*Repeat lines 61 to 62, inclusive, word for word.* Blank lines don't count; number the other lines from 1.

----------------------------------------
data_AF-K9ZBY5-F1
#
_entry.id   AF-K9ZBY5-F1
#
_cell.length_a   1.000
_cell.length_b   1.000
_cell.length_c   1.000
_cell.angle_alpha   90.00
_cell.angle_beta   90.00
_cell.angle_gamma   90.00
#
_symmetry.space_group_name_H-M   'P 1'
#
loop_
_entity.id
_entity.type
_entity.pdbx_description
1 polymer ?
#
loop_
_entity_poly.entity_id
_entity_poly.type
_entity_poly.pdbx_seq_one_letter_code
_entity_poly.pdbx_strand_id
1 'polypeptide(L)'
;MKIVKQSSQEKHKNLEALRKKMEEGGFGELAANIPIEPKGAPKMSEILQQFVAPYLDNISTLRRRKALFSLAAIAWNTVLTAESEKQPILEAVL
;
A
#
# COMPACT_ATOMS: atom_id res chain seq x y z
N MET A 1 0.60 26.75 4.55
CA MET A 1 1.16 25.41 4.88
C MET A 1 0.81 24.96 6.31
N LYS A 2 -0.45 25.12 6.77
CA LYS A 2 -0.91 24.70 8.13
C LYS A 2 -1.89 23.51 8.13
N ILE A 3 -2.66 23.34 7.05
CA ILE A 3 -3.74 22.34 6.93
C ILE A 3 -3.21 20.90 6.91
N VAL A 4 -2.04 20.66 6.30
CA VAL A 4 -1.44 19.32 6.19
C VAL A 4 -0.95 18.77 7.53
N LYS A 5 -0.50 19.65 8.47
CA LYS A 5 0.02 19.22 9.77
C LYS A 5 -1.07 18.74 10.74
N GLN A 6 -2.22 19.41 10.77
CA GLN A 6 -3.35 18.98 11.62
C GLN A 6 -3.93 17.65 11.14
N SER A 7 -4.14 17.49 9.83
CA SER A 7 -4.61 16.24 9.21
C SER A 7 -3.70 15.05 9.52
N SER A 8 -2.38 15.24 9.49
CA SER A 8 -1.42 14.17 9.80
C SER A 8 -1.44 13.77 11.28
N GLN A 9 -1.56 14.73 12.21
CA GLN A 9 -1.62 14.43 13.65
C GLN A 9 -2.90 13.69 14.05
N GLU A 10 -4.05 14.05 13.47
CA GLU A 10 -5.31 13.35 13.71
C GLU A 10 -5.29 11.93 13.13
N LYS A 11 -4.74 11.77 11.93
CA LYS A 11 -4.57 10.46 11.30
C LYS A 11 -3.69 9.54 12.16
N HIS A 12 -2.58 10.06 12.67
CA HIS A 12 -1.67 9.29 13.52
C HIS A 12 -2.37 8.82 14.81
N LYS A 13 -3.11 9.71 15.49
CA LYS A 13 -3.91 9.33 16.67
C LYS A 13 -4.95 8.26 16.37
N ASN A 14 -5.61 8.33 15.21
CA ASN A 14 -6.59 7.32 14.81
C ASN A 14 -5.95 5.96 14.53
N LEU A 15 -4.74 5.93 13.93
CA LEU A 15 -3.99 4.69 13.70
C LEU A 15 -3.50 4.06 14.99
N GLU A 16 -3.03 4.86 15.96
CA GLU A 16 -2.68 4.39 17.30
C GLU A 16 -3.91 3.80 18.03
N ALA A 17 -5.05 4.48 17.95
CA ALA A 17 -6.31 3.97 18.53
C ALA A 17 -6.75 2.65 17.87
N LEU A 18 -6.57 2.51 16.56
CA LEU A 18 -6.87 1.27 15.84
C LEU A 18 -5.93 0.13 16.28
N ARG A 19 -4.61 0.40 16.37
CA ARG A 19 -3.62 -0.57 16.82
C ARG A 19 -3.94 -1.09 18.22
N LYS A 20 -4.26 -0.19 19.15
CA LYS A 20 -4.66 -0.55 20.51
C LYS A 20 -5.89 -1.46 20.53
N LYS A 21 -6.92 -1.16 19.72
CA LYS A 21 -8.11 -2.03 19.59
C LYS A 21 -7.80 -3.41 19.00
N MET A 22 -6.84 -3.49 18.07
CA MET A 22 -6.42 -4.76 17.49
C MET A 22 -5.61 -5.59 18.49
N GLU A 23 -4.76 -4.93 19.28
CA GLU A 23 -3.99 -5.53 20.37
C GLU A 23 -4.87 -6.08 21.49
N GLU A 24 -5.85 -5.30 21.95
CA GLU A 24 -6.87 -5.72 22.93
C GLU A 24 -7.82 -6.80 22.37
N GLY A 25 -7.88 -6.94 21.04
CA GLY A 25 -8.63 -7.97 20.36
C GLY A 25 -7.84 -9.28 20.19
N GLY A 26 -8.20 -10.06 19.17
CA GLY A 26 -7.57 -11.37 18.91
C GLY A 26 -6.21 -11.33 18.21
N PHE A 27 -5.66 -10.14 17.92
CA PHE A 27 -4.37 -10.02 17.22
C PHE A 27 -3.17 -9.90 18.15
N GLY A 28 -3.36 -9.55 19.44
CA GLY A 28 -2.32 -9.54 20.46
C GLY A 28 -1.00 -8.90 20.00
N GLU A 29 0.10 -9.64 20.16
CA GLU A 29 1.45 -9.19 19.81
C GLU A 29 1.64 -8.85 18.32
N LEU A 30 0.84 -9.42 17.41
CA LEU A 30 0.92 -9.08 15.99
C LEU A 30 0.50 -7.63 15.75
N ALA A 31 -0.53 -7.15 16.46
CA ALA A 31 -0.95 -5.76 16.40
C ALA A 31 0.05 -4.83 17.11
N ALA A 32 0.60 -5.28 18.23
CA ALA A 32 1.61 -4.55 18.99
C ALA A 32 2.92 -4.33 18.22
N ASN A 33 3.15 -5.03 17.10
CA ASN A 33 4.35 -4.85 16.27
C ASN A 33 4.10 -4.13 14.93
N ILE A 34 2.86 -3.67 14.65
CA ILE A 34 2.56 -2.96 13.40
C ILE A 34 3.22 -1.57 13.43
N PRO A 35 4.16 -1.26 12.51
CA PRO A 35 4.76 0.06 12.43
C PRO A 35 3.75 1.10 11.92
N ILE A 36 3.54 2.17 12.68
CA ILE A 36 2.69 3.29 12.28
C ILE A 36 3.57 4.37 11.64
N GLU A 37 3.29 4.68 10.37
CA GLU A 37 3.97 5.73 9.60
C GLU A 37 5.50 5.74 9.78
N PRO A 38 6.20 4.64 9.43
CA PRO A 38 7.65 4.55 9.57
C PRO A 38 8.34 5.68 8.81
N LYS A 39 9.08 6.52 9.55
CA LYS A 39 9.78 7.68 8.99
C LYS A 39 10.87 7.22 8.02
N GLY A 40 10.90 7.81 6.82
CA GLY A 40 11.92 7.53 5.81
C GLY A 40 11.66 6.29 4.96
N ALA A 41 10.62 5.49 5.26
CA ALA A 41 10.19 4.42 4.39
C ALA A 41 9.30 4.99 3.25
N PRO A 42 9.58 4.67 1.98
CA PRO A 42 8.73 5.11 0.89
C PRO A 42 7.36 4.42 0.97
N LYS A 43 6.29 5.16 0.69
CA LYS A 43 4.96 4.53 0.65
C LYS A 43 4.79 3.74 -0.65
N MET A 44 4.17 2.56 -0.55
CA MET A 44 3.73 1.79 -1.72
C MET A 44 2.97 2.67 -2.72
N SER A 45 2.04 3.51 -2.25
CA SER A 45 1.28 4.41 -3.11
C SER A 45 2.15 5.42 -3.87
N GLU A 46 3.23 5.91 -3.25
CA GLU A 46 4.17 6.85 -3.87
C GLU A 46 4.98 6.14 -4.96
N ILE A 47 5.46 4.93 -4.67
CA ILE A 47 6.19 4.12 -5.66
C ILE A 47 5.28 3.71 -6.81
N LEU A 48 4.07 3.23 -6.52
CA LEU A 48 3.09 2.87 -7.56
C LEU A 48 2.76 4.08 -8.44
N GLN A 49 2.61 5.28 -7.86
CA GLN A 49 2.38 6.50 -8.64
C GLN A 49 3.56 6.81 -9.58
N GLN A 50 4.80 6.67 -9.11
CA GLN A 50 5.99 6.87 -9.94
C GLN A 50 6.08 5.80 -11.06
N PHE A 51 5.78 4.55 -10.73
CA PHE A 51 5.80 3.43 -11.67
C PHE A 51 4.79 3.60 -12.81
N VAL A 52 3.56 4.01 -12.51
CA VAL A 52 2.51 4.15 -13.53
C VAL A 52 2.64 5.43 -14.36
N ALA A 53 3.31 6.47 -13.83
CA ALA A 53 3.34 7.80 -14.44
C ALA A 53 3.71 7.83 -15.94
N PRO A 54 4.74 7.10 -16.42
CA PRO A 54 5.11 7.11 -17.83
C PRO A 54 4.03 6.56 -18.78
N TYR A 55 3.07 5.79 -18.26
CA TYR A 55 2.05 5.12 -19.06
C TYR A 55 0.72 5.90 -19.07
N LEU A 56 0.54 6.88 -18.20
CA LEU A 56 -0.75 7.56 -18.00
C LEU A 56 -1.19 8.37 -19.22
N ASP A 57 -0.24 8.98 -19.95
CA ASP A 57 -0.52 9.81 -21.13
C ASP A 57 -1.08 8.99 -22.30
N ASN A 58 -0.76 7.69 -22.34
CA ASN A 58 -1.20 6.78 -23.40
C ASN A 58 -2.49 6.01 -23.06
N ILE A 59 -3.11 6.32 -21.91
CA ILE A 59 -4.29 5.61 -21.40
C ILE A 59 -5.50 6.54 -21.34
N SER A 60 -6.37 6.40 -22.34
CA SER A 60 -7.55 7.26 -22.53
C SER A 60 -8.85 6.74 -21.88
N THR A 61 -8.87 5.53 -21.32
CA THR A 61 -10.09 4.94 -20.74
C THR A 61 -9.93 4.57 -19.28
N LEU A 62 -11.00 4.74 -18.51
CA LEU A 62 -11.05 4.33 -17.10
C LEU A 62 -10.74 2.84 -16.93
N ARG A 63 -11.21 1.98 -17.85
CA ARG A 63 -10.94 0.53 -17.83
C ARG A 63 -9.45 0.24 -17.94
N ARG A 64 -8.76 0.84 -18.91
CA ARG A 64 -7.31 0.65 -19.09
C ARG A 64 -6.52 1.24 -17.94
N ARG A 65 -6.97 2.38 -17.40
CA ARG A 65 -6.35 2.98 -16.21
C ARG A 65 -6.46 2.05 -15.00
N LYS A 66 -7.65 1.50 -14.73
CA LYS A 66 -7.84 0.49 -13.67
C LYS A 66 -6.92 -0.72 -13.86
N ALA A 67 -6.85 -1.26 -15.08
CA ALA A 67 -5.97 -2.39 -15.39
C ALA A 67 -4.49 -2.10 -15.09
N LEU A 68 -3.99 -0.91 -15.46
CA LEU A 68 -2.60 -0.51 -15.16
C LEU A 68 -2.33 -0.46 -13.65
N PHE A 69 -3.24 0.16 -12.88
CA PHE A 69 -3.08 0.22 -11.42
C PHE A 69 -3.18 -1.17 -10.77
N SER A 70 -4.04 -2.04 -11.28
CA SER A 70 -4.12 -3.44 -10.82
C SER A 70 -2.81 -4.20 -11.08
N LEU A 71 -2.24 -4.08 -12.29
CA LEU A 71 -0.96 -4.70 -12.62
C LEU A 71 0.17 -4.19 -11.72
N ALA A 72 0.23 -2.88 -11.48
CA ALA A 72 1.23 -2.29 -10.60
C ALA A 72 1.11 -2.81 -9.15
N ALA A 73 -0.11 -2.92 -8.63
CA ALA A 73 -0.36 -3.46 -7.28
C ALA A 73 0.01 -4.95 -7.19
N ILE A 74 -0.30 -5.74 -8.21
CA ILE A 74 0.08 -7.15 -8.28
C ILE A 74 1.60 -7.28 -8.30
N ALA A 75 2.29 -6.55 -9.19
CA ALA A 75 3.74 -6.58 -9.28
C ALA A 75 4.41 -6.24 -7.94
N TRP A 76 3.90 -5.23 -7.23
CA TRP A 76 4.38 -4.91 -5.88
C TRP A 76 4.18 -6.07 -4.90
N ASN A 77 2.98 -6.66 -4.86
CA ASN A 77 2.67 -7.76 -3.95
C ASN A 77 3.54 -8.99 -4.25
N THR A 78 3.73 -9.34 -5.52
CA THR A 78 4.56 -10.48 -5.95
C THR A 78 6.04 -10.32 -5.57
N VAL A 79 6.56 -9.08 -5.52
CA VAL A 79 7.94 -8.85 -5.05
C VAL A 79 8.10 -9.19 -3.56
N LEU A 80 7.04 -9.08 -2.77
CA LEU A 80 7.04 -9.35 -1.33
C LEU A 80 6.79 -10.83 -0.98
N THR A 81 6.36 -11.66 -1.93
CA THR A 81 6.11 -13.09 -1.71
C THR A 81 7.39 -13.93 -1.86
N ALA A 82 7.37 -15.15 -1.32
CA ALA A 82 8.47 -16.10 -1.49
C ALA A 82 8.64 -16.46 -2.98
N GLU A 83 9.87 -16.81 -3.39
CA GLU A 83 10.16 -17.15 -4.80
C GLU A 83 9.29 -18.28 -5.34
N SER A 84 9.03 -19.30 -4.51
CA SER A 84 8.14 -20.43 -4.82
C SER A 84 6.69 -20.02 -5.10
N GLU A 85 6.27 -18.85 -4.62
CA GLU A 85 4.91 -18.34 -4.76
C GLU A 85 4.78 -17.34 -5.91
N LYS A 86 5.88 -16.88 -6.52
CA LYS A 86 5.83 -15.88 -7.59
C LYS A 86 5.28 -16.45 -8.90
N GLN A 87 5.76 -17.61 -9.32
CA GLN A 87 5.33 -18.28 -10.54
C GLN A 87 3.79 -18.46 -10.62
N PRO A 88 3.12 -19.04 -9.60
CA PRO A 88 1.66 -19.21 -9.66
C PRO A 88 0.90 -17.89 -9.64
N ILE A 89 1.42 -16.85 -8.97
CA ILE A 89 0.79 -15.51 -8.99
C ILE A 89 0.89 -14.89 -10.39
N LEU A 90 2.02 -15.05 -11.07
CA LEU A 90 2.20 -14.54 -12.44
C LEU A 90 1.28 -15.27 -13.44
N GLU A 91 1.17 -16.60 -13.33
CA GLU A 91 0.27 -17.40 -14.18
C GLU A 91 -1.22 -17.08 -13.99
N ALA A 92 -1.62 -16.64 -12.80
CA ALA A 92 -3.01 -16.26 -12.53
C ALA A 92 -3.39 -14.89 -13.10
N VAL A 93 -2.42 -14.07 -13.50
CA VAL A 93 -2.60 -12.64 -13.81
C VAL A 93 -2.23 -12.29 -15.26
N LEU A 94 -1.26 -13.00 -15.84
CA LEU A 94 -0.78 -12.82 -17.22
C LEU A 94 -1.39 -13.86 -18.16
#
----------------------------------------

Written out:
N LYS A 11 -4.74 11.77 11.93
CA LYS A 11 -4.57 10.46 11.30